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The recipe for a good old-fashioned Washington cluster is all here:
- Sympathetic protesters. Veterans rightly seeking care for exposure to toxic burn pits have camped out on the Capitol steps.
- Lots of government money. Senate Republicans are scrambling to explain why a budget issue – they say it’s a gimmick – will lead to a shell game of government spending and is worth holding up help for suffering veterans.
- Ticking clock. Democrats are scrambling to pass the bipartisan burn pits legislation as well as their rekindled climate and health care plan, hoping to do so ahead of their August break in this pivotal election year.
What are burn pits? How have they caused cancer in veterans? Read this from CNN’s Paul LeBlanc.
In short: “Burn pits were used to incinerate all sorts of waste, hazardous material and chemical compounds at military sites throughout Iraq and Afghanistan. Eighty-six percent of post-9/11 veterans who served in Iraq or Afghanistan say they were exposed to burn pits, according to a 2020 survey by the nonprofit Iraq and Afghanistan Veterans of America.”
What’s Toomey’s gripe? It’s an accounting dispute
The GOP’s ringleader obstructing passage of the burn pits legislation is Sen. Pat Toomey of Pennsylvania, a budget hawk who is retiring from the Senate and so is no longer facing voters.
His problem is the versions of the bill considered earlier this year assumed money for the burn pits care would be appropriated in the regular appropriations process each year by the Senate.
The version senators are currently considering would make the fund essentially permanent and place it in the category of “mandatory” spending, meaning it’s guaranteed forever, but also could create some coveted space in the discretionary budget.
Toomey’s specific concern is Section 805 of a very long bill text. With the title “Cost of War Toxic Exposures Fund,” the language makes clear that, “No amount appropriated to the Fund in fiscal year 2023 or any subsequent fiscal year pursuant to this section shall be counted as discretionary budget authority and outlays or as direct spending …”
Toomey is unapologetic for opposing this tweak and standing in the way of the bill.
He explained his position on “State of the Union” on Sunday, in a long conversation with CNN’s Jake Tapper.
“We are spending way too much money, to use – to hide behind a veterans bill the opportunity to go on an unrelated $400 billion spending spree is wrong,” Toomey said.
He worries that by switching the burn pits fund from discretionary to mandatory spending, it would free up $400 billion in space on the discretionary spending books that lawmakers will use for something else.
“Now when you create that big hole, guess what happens to that big hole,” Toomey said on the Senate floor last month. “It gets filled with spending on who knows what. That’s what’s going on here.”
It may be a valid gripe, but a bill to help veterans sickened by burn pits while they were at war is an awkward place to make a stand.
It’s even more awkward since 25 Republicans who voted for a previous version of the bill are now standing in its way.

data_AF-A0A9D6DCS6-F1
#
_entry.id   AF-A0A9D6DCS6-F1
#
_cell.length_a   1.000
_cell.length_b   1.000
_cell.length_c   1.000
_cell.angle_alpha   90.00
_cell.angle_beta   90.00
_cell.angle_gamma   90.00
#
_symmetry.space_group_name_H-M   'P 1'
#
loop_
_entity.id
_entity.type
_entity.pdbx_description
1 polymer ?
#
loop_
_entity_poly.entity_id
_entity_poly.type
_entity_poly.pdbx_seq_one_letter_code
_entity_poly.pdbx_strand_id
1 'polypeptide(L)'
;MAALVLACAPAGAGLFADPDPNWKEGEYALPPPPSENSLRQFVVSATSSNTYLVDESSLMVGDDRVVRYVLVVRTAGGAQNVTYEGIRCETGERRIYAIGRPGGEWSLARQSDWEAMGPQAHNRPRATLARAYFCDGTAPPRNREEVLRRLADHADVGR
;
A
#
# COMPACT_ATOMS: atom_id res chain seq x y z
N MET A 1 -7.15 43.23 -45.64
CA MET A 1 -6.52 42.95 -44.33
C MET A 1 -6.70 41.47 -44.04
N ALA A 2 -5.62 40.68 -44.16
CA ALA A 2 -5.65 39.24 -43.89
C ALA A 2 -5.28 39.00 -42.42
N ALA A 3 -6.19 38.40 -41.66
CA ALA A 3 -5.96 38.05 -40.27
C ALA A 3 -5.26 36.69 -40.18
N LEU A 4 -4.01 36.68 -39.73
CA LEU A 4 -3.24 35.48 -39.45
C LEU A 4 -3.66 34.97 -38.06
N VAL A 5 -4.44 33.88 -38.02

What do veterans say?
Veterans protesting around the clock on Capitol Hill argue any wait is too long. They want the bill passed now. And they’re worried that if the spending isn’t made part of the mandatory budget, it could be taken away in the future.
Matt Zeller, a major in the US Army Reserves and an adviser to Iraq and Afghanistan Veterans of America, told CNN from Capitol Hill that his activist group knows of veterans in despair today.
“When people get sick from these cancers, they’re having to mortgage their homes just to be able to stay alive,” he said. “You know, people think that this is covered by the VA – it’s not. And this bill would fix that for over 3.5 million of us who are exposed to burn pits.”
What’s the answer to Toomey’s complaint?
Supporters of the bill say Toomey is seeing a mirage.
“If you look in the bill for $400 billion that he’s talking about, you won’t see it,” Veterans Affairs Secretary Denis McDonough told Tapper after Toomey’s appearance.
McDonough said Toomey’s approach would put an annual cap on how much could go into the fund, potentially end the fund after 10 years and even possibly require care to be withheld from veterans seeking care after exposure to burn pits.
“If his estimations are wrong about what we will spend in any given year, that means that we may have to ration care for veterans,” McDonough said of Toomey.
What’s the subtext here?
Republicans feel played that Democrats are on the cusp of using reconciliation – a very different budget gimmick both sides have used in recent years – to pass health care and climate legislation.
The deal among Democrats for the health and climate legislation was hatched at the last minute with Sen. Joe Manchin of West Virginia. It was announced just after Republicans helped pass a bipartisan bill to prop up a US semiconductor industry.
Lawmakers of all stripes want to wrap up their work and get out on the campaign trail for the rest of August since the November midterm election is fast approaching.
Possible ways out
Republicans could buckle to public pressure to allow a vote on the measure, which has plenty of support to pass.
Democrats could buckle to Republican pressure to allow consideration of amendments and potentially changing budget language in the bill.
Or, neither side buckles and the burn pits legislation dies.
Both sides want to pass the bill, ultimately. Republicans probably won’t mind if it takes a bit longer and further complicates Democrats’ other priorities.